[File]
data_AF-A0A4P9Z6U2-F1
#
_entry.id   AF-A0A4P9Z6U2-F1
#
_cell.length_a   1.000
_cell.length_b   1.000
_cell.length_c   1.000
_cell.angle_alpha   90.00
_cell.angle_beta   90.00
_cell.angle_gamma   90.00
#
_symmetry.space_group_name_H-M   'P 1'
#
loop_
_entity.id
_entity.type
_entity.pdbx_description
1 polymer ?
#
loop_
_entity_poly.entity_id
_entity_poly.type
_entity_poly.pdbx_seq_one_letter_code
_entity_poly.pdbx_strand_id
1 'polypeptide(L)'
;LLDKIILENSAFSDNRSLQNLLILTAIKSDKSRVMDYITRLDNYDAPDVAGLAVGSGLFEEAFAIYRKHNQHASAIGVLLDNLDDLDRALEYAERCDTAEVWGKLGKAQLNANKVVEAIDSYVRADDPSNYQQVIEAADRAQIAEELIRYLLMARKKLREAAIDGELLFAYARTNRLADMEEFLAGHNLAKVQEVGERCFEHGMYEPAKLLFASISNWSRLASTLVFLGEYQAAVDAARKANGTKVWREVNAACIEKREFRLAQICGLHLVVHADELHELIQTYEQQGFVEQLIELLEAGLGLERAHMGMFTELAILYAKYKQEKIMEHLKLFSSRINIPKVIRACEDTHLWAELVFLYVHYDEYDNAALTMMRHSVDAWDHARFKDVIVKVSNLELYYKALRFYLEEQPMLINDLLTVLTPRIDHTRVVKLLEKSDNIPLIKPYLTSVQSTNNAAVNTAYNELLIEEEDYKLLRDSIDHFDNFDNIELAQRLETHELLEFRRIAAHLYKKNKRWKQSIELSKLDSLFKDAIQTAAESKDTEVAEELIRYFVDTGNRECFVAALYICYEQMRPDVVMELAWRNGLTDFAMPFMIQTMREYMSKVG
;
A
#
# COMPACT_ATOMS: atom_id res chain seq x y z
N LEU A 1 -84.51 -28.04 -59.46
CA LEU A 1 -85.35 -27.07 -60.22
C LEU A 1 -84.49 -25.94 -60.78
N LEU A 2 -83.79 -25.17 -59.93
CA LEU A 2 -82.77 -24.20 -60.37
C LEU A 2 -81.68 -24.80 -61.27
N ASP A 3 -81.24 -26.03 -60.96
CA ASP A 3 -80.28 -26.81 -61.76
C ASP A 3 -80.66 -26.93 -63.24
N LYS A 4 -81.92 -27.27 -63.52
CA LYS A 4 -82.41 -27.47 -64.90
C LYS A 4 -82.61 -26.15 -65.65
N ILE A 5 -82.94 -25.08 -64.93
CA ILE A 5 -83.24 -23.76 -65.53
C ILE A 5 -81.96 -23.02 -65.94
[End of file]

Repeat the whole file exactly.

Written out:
data_AF-A0A4P9Z6U2-F1
#
_entry.id   AF-A0A4P9Z6U2-F1
#
_cell.length_a   1.000
_cell.length_b   1.000
_cell.length_c   1.000
_cell.angle_alpha   90.00
_cell.angle_beta   90.00
_cell.angle_gamma   90.00
#
_symmetry.space_group_name_H-M   'P 1'
#
loop_
_entity.id
_entity.type
_entity.pdbx_description
1 polymer ?
#
loop_
_entity_poly.entity_id
_entity_poly.type
_entity_poly.pdbx_seq_one_letter_code
_entity_poly.pdbx_strand_id
1 'polypeptide(L)'
;LLDKIILENSAFSDNRSLQNLLILTAIKSDKSRVMDYITRLDNYDAPDVAGLAVGSGLFEEAFAIYRKHNQHASAIGVLLDNLDDLDRALEYAERCDTAEVWGKLGKAQLNANKVVEAIDSYVRADDPSNYQQVIEAADRAQIAEELIRYLLMARKKLREAAIDGELLFAYARTNRLADMEEFLAGHNLAKVQEVGERCFEHGMYEPAKLLFASISNWSRLASTLVFLGEYQAAVDAARKANGTKVWREVNAACIEKREFRLAQICGLHLVVHADELHELIQTYEQQGFVEQLIELLEAGLGLERAHMGMFTELAILYAKYKQEKIMEHLKLFSSRINIPKVIRACEDTHLWAELVFLYVHYDEYDNAALTMMRHSVDAWDHARFKDVIVKVSNLELYYKALRFYLEEQPMLINDLLTVLTPRIDHTRVVKLLEKSDNIPLIKPYLTSVQSTNNAAVNTAYNELLIEEEDYKLLRDSIDHFDNFDNIELAQRLETHELLEFRRIAAHLYKKNKRWKQSIELSKLDSLFKDAIQTAAESKDTEVAEELIRYFVDTGNRECFVAALYICYEQMRPDVVMELAWRNGLTDFAMPFMIQTMREYMSKVG
;
A
#
# COMPACT_ATOMS: atom_id res chain seq x y z
N LEU A 1 -84.51 -28.04 -59.46
CA LEU A 1 -85.35 -27.07 -60.22
C LEU A 1 -84.49 -25.94 -60.78
N LEU A 2 -83.79 -25.17 -59.93
CA LEU A 2 -82.77 -24.20 -60.37
C LEU A 2 -81.68 -24.80 -61.27
N ASP A 3 -81.24 -26.03 -60.96
CA ASP A 3 -80.28 -26.81 -61.76
C ASP A 3 -80.66 -26.93 -63.24
N LYS A 4 -81.92 -27.27 -63.52
CA LYS A 4 -82.41 -27.47 -64.90
C LYS A 4 -82.61 -26.15 -65.65
N ILE A 5 -82.94 -25.08 -64.93
CA ILE A 5 -83.24 -23.76 -65.53
C ILE A 5 -81.96 -23.02 -65.94